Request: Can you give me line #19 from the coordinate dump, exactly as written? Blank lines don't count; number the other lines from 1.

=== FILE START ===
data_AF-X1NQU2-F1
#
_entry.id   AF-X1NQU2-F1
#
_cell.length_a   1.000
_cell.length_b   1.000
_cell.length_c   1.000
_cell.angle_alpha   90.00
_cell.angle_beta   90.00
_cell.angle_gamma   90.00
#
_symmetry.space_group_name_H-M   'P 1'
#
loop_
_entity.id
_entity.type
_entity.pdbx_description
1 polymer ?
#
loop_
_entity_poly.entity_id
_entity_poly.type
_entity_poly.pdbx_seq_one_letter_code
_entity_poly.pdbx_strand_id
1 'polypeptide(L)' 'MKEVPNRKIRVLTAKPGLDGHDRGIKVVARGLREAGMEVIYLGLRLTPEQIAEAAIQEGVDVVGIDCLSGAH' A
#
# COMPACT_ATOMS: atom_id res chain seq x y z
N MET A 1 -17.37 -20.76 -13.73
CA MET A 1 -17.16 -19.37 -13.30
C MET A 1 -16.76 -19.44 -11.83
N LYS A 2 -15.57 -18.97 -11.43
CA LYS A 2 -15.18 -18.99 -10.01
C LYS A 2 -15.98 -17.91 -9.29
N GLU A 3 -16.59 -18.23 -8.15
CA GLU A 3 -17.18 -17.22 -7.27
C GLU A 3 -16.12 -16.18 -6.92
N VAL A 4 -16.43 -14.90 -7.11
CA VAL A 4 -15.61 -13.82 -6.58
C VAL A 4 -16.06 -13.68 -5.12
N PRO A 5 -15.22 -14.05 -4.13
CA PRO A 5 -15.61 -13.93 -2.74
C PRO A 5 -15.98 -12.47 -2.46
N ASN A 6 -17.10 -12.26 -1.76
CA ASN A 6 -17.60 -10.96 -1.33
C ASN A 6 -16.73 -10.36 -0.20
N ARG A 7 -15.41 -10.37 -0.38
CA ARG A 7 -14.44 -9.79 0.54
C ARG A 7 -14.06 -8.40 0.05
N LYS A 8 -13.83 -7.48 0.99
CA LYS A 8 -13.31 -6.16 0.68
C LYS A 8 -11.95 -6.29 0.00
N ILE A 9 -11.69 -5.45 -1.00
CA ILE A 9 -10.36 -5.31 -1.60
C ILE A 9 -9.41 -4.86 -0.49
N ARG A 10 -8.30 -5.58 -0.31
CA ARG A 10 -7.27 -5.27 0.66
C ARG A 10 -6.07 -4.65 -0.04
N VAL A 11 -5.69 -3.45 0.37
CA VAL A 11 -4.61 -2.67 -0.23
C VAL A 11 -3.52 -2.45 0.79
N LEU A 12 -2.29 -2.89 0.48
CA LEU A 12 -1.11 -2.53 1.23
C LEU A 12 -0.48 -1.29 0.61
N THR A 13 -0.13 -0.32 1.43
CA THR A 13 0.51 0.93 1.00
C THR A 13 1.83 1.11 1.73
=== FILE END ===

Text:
#